New FAA drone rules in effect | ParkRecord.com

New FAA drone rules in effect

Jeff Dempsey
The Park Record

Parkite Leith Strachan, of Dragonfly Ops, poses with a drone aircraft. Strachan said the FAAs new unmanned aerial vehicle regulations are a big step forward for the industry.

Native Parkite Leith Strachan opened Dragonfly Ops in April of 2015, and he describes it as an "aerial data collection and analysis business." The shorter description: Dragonfly Ops flies drones, and Strachan said they do a lot of work within that industry.

"We cast a pretty wide net but currently we're mainly focusing on the video aspect," he said.

Flying drones commercially means getting licensed, of course, but until very recently Strachan said that process was less than ideal. In order to operate, Dragonfly Ops had to obtain a Chapter 333 exemption from the FAA.

"One of the requirements of that exemption is that someone on the team had to have a current pilot's license," he said. "So we would have to hire pilots, and that increased our costs. Our options were to either hire pilots or go through flight school ourselves, which when starting a startup business, you really don't have a lot of time for."

That's why Strachan was one of the first in line, so to speak, when the FAA began offering a new license specifically for unmanned aerial vehicle operators Monday. Strachan said he was one of the first to take and pass the new test, which he said is essentially a pilot's license, just geared toward unmanned craft rather than manned.

He said as someone who has been working with drones for many years, he appreciated the rigorousness of the test.

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"It wasn’t too intense to where we would fail, but it was intense enough to where anyone who didn’t really know what they were doing would not be able to pass," he said. "It makes sure that people actually know what they are doing when they get into the business, and that they are able to operate safely with other pilots in the same airspace."

Strachan said the new licensing process makes business more cost-effective, which he said was always supposed to be the big selling point for drones.

"That's the advantage versus regular aircraft," he said. "People having to go through flight school to fly a drone, that increases the overall price and we have to charge more. And that counteracts the fact that drones can do things cheaper."

Those within the drone industry have been pushing for a new licensing process for years, Strachan said, and the FAA has been playing catch-up.

"They've been scrambling to catch up to the new technology," he said. "They were saying that drones coming on the scene has been the most disruptive technology to the national airspace since the advent of the jet engine.

"Before jets there were only propeller planes, which moved much slower," he said. "When jet engines were introduced, the FAA had to revamp the entire airspace to account for them. Drones are the same thing. The FAA is trying to keep up with new technology."

Strachan said he is hopeful that tighter regulation will help weed out bad actors, those who, for example, fly drones near wildland fires and force emergency aircraft to be grounded. He said those reckless pilots create a stigma around drones.

"People who do that are looked down on in our community," he said. "It’s already hard enough to promote our business. People who are doing that are being irresponsible, and you know they are just doing it to get a cool picture or video for their Facebook page.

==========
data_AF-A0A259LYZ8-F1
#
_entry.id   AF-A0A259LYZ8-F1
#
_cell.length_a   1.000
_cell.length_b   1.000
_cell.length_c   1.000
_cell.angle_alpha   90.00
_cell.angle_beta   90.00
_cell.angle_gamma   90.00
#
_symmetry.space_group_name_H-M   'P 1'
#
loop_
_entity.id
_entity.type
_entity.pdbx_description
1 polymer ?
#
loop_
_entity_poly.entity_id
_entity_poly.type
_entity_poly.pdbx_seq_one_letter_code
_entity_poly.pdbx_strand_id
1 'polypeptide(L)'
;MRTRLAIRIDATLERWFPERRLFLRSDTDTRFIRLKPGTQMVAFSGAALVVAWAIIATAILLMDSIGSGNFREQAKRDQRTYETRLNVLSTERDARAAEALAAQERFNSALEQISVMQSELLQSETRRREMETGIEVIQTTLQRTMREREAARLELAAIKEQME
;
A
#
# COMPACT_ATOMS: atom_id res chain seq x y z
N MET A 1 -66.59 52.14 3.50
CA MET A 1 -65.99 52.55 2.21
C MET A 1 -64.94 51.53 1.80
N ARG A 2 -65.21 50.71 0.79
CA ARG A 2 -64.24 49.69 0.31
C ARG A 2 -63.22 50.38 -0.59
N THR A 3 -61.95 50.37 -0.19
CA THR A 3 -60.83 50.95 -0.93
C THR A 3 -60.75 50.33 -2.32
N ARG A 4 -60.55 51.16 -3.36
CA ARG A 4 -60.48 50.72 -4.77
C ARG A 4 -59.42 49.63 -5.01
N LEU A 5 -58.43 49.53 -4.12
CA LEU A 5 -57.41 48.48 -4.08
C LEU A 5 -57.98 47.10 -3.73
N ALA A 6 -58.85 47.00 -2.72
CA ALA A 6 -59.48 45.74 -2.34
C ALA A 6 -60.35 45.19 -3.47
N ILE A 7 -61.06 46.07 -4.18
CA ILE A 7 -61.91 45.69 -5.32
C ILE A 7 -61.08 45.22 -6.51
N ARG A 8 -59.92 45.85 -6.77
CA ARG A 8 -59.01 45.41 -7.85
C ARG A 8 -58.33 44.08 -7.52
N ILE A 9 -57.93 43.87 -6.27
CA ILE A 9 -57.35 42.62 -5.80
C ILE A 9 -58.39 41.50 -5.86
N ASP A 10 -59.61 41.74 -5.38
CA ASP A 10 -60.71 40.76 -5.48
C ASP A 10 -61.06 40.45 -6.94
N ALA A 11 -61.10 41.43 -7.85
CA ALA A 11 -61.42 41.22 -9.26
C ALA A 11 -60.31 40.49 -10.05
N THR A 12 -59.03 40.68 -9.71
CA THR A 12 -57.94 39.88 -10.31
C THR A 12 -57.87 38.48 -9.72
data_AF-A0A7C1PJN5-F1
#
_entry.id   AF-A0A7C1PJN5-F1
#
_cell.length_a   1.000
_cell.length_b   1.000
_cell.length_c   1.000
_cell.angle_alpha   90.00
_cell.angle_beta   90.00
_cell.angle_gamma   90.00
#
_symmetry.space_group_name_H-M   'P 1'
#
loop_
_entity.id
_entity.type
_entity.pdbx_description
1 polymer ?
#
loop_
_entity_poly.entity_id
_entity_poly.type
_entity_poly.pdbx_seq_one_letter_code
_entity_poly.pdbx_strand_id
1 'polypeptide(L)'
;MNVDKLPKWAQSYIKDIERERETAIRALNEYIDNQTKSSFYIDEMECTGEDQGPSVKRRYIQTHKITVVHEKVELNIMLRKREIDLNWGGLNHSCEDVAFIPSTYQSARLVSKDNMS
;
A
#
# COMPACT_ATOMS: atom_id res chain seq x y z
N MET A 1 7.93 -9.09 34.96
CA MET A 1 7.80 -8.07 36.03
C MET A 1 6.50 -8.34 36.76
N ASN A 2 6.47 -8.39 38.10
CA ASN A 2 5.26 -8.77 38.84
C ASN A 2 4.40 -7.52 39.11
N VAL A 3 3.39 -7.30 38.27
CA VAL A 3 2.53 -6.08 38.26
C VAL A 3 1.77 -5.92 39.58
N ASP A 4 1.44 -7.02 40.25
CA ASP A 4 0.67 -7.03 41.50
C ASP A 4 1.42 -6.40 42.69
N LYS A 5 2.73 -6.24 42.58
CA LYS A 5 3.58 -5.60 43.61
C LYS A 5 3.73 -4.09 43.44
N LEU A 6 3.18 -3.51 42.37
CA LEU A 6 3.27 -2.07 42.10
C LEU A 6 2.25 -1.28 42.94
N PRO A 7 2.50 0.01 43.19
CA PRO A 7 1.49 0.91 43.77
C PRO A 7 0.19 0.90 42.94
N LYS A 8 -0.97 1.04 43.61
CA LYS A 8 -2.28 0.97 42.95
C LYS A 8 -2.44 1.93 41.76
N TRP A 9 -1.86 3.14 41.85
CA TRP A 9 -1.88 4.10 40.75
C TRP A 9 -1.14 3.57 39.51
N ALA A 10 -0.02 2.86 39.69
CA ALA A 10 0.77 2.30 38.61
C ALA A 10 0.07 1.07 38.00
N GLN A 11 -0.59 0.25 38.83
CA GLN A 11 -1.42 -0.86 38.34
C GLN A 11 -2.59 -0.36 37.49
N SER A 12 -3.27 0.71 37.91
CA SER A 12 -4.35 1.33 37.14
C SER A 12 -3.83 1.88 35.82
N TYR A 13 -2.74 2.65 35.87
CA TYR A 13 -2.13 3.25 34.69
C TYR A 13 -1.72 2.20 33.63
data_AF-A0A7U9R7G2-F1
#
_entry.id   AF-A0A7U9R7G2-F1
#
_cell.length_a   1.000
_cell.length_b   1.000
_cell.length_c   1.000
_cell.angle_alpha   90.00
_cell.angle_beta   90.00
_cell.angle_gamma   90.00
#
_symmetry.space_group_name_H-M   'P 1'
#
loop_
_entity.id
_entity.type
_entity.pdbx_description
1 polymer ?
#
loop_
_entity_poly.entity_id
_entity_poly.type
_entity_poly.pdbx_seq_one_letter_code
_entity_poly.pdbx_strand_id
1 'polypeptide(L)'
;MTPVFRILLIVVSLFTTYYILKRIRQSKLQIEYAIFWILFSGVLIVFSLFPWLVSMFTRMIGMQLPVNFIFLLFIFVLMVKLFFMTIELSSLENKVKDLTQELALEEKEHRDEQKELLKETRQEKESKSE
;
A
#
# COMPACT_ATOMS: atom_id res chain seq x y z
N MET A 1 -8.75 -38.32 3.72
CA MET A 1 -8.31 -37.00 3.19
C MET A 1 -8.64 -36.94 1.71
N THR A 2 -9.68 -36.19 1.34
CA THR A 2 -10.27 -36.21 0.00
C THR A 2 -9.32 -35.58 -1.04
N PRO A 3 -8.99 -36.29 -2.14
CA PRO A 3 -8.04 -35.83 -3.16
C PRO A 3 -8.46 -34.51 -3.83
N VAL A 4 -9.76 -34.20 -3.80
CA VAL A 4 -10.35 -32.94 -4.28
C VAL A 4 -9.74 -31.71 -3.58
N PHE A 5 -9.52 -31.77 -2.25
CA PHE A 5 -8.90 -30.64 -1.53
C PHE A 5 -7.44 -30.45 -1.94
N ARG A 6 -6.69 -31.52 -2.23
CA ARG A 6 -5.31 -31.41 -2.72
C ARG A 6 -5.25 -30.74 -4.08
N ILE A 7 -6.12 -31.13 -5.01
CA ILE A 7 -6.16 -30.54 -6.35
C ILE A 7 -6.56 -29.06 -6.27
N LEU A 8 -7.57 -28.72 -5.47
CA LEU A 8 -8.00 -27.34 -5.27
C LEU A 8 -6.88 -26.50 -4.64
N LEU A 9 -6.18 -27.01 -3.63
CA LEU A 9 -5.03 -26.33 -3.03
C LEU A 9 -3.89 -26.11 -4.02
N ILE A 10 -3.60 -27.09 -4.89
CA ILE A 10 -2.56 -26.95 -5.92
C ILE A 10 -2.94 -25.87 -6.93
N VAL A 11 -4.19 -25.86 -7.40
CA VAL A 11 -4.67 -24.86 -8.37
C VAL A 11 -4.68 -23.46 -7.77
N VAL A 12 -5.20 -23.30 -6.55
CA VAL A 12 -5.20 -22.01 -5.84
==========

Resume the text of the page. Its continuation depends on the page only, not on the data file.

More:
"Now we have the whole process of registering the drones, so people will be held accountable. It’s a lot better for our industry as a whole because people will be deterred from doing stupid things."

Film permit within Park City

Park City Municipal's Special Events Coordinator Tommy Youngblood, who oversees the permitting process for drone filming and photography projects, said he is looking into how the new FAA regulations might affect the city.

"Outside of the federal regulations for flying drones, if someone is going to do a commercial film project with a drone they need to get a permit," he said. "We work with a group of people from public safety and special events to kind of manage that.

"The way the rules are right now it kind of leaves it up to local jurisdictions. So as a group we are just trying to figure out where that is, and we’re still working on specifics of how that’s managed."

Youngblood said he is interested to see if the new regulations will mean changes for things like filming major city events.

"The way the rules are written, or at least the way they were written before, is that you can’t fly over crowds," he said. "At the city, when we do events like the Silly Market or Arts Festival, you can’t [avoid] flying over a crowd."

Youngblood said he gets about one request a month for a drone filming permit but, he added, that is an increase.

"Six months ago it was zero," he said.

Youngblood said staff is working hard to ensure they are prepared if the new FAA process means many more people looking to fly drones.

"We’re like everyone else in the country," he said. "We’re just trying to figure out the safest way to allow this activity to happen, with some restrictions for safety and privacy in place.

"We’re working through the requirements now. I don’t want to give people the idea they can come in and just get a film permit and do whatever they want. It’s very specific and it’s very heavily regulated."

For a complete summary of the FAA's new commercial drone regulations, visit http://www.faa.gov/uas/media/Part_107_Summary.pdf. For a local filming permit, call Youngblood at 435-615-5187.

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